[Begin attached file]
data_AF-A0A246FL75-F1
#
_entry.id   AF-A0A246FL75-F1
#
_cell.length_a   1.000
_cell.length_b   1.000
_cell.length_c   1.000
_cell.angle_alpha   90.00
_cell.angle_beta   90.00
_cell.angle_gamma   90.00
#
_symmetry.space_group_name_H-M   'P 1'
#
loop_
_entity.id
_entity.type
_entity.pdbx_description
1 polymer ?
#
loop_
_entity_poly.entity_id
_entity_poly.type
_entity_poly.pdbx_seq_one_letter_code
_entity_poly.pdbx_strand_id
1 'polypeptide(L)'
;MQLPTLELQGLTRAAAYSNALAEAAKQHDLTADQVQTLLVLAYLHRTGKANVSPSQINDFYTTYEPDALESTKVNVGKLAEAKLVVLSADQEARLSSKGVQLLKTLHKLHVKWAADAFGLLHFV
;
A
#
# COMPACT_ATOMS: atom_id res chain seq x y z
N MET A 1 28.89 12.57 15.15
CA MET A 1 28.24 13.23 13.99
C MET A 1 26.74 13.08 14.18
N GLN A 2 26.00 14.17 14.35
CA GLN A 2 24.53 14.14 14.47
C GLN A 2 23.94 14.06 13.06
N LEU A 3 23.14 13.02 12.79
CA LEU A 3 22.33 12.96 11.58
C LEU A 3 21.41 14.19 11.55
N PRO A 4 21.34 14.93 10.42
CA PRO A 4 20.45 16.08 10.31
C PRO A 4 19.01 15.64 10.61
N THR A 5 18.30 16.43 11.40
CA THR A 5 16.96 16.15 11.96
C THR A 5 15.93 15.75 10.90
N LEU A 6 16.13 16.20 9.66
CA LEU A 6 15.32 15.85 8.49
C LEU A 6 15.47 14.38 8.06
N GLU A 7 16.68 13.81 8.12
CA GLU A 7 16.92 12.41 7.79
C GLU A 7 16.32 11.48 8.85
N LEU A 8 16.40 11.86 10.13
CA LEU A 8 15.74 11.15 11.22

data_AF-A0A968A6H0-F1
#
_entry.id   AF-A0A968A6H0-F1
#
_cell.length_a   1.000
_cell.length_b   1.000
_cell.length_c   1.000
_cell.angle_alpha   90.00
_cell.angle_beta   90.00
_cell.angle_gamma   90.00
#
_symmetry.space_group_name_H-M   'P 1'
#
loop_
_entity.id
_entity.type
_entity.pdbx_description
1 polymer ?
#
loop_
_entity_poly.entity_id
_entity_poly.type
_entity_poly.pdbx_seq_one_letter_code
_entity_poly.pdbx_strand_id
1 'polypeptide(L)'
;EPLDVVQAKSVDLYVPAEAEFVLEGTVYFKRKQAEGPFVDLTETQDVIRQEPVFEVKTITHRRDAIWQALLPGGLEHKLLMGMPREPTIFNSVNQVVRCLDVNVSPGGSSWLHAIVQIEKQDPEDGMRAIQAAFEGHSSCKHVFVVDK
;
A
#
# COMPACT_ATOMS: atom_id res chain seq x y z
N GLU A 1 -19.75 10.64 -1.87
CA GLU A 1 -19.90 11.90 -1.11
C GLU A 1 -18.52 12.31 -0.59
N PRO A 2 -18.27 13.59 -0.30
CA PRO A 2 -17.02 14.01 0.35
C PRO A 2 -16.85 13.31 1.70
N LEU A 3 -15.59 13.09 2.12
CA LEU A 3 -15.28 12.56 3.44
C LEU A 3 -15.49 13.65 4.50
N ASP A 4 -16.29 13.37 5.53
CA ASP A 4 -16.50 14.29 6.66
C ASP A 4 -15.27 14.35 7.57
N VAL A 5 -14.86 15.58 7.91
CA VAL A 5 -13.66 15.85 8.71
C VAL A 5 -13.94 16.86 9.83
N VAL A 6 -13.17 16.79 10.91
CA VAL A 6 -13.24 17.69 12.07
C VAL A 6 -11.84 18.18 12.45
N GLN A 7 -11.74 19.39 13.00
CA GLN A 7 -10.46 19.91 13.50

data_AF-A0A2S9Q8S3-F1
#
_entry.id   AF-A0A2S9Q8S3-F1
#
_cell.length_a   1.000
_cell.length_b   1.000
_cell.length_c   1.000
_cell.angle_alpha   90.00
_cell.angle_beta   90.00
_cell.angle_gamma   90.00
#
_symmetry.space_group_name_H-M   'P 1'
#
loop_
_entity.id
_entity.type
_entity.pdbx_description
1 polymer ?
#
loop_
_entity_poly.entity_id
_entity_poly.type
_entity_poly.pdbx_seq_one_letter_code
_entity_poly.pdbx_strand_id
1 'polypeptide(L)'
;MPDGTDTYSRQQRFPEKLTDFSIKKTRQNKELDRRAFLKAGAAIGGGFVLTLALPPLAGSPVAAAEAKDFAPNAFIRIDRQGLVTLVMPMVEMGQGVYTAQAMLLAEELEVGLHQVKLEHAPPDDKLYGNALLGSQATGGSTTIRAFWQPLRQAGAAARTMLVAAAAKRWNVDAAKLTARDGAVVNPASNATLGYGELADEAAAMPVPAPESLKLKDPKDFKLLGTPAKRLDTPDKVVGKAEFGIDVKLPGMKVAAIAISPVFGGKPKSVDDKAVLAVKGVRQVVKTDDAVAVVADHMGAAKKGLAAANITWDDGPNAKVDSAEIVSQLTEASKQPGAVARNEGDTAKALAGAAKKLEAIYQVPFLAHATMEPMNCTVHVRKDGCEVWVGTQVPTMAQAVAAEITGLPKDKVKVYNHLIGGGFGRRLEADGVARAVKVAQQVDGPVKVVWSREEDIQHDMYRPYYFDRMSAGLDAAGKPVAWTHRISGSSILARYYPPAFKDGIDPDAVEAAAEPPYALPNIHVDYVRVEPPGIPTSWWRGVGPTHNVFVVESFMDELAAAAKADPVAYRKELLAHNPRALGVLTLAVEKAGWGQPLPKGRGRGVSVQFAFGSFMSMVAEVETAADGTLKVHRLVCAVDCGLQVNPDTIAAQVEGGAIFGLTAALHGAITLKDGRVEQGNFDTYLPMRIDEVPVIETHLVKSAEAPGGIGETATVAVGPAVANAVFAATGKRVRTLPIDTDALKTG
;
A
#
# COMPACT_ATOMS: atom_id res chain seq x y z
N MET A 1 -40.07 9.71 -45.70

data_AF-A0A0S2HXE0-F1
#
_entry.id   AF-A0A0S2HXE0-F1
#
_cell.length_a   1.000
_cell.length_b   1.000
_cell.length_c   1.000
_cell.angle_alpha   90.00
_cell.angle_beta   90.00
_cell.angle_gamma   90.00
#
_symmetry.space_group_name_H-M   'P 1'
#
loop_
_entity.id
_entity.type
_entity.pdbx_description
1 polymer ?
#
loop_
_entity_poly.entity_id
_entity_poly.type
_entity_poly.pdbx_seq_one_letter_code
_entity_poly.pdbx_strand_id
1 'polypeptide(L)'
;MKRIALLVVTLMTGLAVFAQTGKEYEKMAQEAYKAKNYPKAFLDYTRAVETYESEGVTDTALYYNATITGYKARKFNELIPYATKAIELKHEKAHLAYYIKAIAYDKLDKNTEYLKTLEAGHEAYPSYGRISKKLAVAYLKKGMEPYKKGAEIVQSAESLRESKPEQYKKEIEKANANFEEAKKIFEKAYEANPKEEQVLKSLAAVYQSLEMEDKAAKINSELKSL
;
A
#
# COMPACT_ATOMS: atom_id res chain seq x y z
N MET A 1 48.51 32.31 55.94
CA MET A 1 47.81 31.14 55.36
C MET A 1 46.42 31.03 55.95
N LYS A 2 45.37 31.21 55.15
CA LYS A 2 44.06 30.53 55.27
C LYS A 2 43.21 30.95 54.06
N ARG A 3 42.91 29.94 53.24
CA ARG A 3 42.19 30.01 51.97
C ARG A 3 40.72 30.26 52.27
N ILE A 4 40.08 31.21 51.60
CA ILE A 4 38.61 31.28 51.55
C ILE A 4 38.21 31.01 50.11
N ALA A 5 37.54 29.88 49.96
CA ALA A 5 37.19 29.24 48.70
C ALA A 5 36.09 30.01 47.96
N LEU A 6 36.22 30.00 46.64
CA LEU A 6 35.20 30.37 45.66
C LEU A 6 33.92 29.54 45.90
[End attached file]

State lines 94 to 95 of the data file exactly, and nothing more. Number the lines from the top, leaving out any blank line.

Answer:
CA ASP A 4 -16.50 14.29 6.66
C ASP A 4 -15.27 14.35 7.57